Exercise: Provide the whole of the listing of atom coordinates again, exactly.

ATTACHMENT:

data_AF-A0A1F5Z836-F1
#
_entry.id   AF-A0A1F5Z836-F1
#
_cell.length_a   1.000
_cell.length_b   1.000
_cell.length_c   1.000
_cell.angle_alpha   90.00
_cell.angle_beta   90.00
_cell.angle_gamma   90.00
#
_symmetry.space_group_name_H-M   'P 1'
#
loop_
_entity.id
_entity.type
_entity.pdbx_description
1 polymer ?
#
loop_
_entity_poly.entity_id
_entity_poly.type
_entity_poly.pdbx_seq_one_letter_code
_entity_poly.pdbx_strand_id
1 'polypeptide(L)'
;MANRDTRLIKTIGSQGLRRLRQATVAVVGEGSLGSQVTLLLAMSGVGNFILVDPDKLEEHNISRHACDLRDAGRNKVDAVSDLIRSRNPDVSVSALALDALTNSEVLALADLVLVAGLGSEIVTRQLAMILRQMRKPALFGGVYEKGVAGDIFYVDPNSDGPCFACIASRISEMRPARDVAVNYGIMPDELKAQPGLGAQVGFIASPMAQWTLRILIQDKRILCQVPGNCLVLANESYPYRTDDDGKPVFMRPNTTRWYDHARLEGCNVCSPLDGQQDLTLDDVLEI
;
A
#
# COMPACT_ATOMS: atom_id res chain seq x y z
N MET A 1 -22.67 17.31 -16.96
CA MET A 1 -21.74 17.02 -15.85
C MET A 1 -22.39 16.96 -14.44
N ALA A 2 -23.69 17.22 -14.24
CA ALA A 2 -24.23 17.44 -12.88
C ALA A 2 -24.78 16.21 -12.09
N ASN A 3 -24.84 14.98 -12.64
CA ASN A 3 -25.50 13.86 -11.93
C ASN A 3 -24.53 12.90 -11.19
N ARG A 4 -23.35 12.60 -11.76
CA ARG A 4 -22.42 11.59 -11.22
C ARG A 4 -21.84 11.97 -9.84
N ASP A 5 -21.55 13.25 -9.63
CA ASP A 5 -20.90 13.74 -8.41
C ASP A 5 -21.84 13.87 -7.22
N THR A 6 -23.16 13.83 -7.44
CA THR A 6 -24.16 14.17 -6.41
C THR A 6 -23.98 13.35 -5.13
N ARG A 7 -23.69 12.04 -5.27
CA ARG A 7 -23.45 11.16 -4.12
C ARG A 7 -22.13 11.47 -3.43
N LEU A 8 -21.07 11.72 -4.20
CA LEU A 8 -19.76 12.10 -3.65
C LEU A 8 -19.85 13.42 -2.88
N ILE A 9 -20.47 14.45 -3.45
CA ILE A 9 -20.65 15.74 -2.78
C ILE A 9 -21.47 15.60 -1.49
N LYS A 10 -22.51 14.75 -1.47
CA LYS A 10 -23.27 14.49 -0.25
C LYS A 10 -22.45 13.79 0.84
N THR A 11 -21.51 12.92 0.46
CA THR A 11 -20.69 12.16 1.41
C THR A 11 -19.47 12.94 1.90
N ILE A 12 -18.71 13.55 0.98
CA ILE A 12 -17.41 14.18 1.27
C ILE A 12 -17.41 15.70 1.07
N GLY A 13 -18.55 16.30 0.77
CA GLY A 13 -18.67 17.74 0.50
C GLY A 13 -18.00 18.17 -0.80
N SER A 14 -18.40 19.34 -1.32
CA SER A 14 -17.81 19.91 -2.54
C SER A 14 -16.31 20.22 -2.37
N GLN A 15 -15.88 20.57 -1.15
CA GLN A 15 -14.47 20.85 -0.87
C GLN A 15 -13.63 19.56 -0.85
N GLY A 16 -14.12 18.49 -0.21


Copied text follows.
data_AF-A0A1F5Z836-F1
#
_entry.id   AF-A0A1F5Z836-F1
#
_cell.length_a   1.000
_cell.length_b   1.000
_cell.length_c   1.000
_cell.angle_alpha   90.00
_cell.angle_beta   90.00
_cell.angle_gamma   90.00
#
_symmetry.space_group_name_H-M   'P 1'
#
loop_
_entity.id
_entity.type
_entity.pdbx_description
1 polymer ?
#
loop_
_entity_poly.entity_id
_entity_poly.type
_entity_poly.pdbx_seq_one_letter_code
_entity_poly.pdbx_strand_id
1 'polypeptide(L)'
;MANRDTRLIKTIGSQGLRRLRQATVAVVGEGSLGSQVTLLLAMSGVGNFILVDPDKLEEHNISRHACDLRDAGRNKVDAVSDLIRSRNPDVSVSALALDALTNSEVLALADLVLVAGLGSEIVTRQLAMILRQMRKPALFGGVYEKGVAGDIFYVDPNSDGPCFACIASRISEMRPARDVAVNYGIMPDELKAQPGLGAQVGFIASPMAQWTLRILIQDKRILCQVPGNCLVLANESYPYRTDDDGKPVFMRPNTTRWYDHARLEGCNVCSPLDGQQDLTLDDVLEI
;
A
#
# COMPACT_ATOMS: atom_id res chain seq x y z
N MET A 1 -22.67 17.31 -16.96
CA MET A 1 -21.74 17.02 -15.85
C MET A 1 -22.39 16.96 -14.44
N ALA A 2 -23.69 17.22 -14.24
CA ALA A 2 -24.23 17.44 -12.88
C ALA A 2 -24.78 16.21 -12.09
N ASN A 3 -24.84 14.98 -12.64
CA ASN A 3 -25.50 13.86 -11.93
C ASN A 3 -24.53 12.90 -11.19
N ARG A 4 -23.35 12.60 -11.76
CA ARG A 4 -22.42 11.59 -11.22
C ARG A 4 -21.84 11.97 -9.84
N ASP A 5 -21.55 13.25 -9.63
CA ASP A 5 -20.90 13.74 -8.41
C ASP A 5 -21.84 13.87 -7.22
N THR A 6 -23.16 13.83 -7.44
CA THR A 6 -24.16 14.17 -6.41
C THR A 6 -23.98 13.35 -5.13
N ARG A 7 -23.69 12.04 -5.27
CA ARG A 7 -23.45 11.16 -4.12
C ARG A 7 -22.13 11.47 -3.43
N LEU A 8 -21.07 11.72 -4.20
CA LEU A 8 -19.76 12.10 -3.65
C LEU A 8 -19.85 13.42 -2.88
N ILE A 9 -20.47 14.45 -3.45
CA ILE A 9 -20.65 15.74 -2.78
C ILE A 9 -21.47 15.60 -1.49
N LYS A 10 -22.51 14.75 -1.47
CA LYS A 10 -23.27 14.49 -0.25
C LYS A 10 -22.45 13.79 0.84
N THR A 11 -21.51 12.92 0.46
CA THR A 11 -20.69 12.16 1.41
C THR A 11 -19.47 12.94 1.90
N ILE A 12 -18.71 13.55 0.98
CA ILE A 12 -17.41 14.18 1.27
C ILE A 12 -17.41 15.70 1.07
N GLY A 13 -18.55 16.30 0.77
CA GLY A 13 -18.67 17.74 0.50
C GLY A 13 -18.00 18.17 -0.80
N SER A 14 -18.40 19.34 -1.32
CA SER A 14 -17.81 19.91 -2.54
C SER A 14 -16.31 20.22 -2.37
N GLN A 15 -15.88 20.57 -1.15
CA GLN A 15 -14.47 20.85 -0.87
C GLN A 15 -13.63 19.56 -0.85
N GLY A 16 -14.12 18.49 -0.21